Almost half of Americans (44 percent) said they got their news concerning the 2016 presidential election from social media as well, a second study by Pew reported.
Throughout this semester, I conducted interviews in Bowling Green, Kentucky, and found a similar trend.
Of interviews with 25 people, ages 17 to 83 and including students to retirees, I found that 8 of them cited social media as one of their top news sources.
Political interactions were popular this elections season, but many Americans are annoyed and upset with the climate of political posts.
Two weeks before the election, almost 40 percent of U.S. adults said they were “worn out” by all of the political content in their newsfeeds, a recent study by Pew reported.
The study also found that over half of Americans (59 percent) felt stressed and frustrated after interacting with those on the opposite side of the political spectrum.
Dr. Scott Lasley, a political science professor at Western Kentucky University, said that he has seen a larger volume of political interactions on his social media outlets this election season, and he attributes that growth to more developed social media platforms and users having a better working knowledge of each site’s features.
“One of the things that I believe there was more of this cycle, and is a continuation of previous cycles, is that folks are following and retweeting from sites or sources with more narrow perspectives and agendas,” Lasley said. “In my opinion, there was more talking to those who agree with them and more talking past those who disagree.”
According to the Pew study, a rough majority felt that the political climate on social media is angrier, less respectful and less civil than interactions in other areas of life – 49 percent, 53 percent and 49 percent, respectively.
So, did this influx of social media posts during the campaign actually influence the vote?
While Americans aren’t pleased with the climate of the social media scene when it comes to elections, they do feel that these platforms aid political engagement.
The majority of U.S. adults feel that these platforms help users get involved with valued issues, encourage political discussion that wouldn’t otherwise happen and help voters learn about candidates either very or somewhat well, according to a study from Pew conducted in the last few months of the 2016 presidential campaign.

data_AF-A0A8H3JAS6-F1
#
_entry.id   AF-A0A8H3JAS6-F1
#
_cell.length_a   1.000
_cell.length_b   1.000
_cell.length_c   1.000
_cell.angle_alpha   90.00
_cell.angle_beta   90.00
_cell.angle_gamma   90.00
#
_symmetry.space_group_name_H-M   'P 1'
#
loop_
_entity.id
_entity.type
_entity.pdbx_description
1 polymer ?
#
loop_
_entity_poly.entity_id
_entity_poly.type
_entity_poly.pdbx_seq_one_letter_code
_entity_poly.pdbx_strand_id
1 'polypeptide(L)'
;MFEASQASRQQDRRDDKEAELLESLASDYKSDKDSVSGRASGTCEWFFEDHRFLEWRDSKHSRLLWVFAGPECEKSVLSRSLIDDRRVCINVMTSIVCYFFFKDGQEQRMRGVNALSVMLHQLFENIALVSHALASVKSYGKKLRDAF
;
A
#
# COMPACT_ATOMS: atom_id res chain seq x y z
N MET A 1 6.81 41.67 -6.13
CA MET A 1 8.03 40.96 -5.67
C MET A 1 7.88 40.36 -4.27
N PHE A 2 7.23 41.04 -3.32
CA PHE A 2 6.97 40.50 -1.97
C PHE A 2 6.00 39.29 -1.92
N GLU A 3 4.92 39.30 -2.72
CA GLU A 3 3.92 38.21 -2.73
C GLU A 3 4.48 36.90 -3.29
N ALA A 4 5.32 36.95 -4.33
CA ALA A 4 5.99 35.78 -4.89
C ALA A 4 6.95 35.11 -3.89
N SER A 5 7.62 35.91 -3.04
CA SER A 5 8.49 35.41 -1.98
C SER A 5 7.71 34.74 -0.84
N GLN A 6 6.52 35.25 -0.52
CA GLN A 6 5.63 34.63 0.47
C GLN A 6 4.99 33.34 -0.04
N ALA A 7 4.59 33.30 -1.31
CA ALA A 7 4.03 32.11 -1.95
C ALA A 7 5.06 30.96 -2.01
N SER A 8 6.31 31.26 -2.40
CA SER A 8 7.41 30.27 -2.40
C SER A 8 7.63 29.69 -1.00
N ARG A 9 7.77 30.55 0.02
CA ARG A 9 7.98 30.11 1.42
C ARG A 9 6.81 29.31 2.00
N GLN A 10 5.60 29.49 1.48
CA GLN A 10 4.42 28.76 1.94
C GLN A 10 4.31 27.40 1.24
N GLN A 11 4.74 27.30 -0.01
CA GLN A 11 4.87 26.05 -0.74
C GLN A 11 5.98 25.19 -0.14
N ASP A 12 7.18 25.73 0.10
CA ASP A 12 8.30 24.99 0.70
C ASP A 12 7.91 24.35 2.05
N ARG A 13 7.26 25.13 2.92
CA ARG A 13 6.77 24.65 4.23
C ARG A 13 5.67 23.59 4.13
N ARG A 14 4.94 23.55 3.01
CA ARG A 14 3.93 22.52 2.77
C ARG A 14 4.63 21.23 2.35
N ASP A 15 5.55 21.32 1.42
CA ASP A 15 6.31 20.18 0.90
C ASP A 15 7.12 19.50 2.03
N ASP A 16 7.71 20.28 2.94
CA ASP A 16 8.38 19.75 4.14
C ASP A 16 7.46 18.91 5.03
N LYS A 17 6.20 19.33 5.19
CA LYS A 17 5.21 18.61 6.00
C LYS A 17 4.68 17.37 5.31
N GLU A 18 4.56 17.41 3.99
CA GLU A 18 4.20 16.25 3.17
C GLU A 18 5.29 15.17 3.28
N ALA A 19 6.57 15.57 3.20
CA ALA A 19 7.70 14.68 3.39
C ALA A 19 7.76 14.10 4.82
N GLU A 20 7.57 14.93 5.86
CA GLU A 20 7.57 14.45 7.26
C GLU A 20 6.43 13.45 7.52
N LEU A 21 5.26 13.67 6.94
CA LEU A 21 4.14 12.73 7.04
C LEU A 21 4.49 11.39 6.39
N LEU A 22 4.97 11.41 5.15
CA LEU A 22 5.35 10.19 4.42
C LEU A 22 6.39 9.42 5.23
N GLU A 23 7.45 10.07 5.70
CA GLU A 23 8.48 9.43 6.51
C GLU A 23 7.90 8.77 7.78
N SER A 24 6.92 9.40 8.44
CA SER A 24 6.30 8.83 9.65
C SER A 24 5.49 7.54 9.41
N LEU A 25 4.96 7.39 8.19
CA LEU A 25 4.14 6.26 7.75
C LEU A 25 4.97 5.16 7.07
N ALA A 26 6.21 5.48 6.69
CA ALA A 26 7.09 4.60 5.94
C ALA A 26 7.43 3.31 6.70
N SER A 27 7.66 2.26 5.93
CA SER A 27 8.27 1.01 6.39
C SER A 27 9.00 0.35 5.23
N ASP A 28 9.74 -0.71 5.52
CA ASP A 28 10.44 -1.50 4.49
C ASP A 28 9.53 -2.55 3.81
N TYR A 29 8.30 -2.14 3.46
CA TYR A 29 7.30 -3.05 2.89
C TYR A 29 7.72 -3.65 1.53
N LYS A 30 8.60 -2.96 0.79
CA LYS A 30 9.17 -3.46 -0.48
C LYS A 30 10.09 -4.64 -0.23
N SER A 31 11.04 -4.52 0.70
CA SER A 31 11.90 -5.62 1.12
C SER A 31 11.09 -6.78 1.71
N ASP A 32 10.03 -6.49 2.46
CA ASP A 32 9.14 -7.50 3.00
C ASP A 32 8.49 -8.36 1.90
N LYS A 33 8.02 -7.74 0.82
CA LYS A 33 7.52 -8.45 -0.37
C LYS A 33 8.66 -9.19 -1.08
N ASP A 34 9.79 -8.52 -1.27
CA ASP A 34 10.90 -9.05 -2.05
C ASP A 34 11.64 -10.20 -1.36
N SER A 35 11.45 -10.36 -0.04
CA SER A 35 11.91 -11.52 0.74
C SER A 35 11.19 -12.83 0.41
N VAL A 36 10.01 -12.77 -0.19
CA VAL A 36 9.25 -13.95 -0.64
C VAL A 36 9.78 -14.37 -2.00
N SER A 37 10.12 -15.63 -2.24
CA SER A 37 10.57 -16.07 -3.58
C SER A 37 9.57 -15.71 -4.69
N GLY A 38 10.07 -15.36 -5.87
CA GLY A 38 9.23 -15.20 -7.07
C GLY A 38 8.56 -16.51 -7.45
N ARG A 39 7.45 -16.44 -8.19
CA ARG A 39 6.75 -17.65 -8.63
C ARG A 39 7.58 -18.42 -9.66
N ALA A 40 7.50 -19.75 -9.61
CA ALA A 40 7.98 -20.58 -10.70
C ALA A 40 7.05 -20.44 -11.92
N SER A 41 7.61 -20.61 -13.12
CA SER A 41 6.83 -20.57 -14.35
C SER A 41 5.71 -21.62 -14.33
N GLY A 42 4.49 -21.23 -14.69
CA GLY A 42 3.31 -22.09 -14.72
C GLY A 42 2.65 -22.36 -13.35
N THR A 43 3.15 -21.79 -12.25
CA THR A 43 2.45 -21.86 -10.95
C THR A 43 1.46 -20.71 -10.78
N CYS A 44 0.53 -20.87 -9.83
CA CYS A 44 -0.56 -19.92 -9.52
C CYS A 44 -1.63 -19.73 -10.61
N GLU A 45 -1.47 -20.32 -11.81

Pew found that adults have actually changed their minds about political issues due to social media interactions.
One-in-five social media users (20 percent) say that social media has led to a change in their views on a political or social issue, according to Pew.
The study also reported that 17 percent of U.S. adults have experienced a view change about particular candidates.
Lasley said he experienced this in his personal social media newsfeeds during the presidential campaign.
“There have been some examples on Facebook, particularly from the candidate’s personal page, where a post does impact how I view or evaluate a candidate or officeholder,” Lasley said. “Cumulatively, there are probably more negative than positive impacts.”
Lasley isn’t the only one who was impacted by social media in a more negative direction.
“Respondents who indicated they had changed their minds about Clinton were more than three times as likely to say that their opinion changed in a negative direction rather than a positive one (24 percent vs. 7 percent), and respondents who mentioned Trump were nearly five times as likely to say that their opinion became more negative as opposed to more positive (19 percent vs. 4 percent),” the Pew Research Center found, as a result of a study conducted from July-August 2016.
Should you rely on social media as a news source?
A study conducted in April 2016 by the Media Initiative Project found that news consumers should, and most often do, look at the original news organization that produced the content.
Almost 7-in-10 Americans (66 percent) who consume news from Facebook cited the news producer as a critical factor in their verdict about the content, according to the study, an initiative of the American Press Institute and the Associated Press.
Twitter followed Facebook, where a little more than 6-in-10 news consumers (62 percent) said it was critical.
Tyler McMillian, a middle school English teacher from Monroe County, experienced the social media downfall during the 2016 presidential campaign when several of his Facebook friends were posting fake news articles and interpreting the content as truth.
“Social media has its perks and, when used correctly, can be beneficial to a campaign,” McMillian said. “I feel like social media has been detrimental to our ability as a society to distinguish satire and tabloids from credible news sources.”
–Allison G. Thompson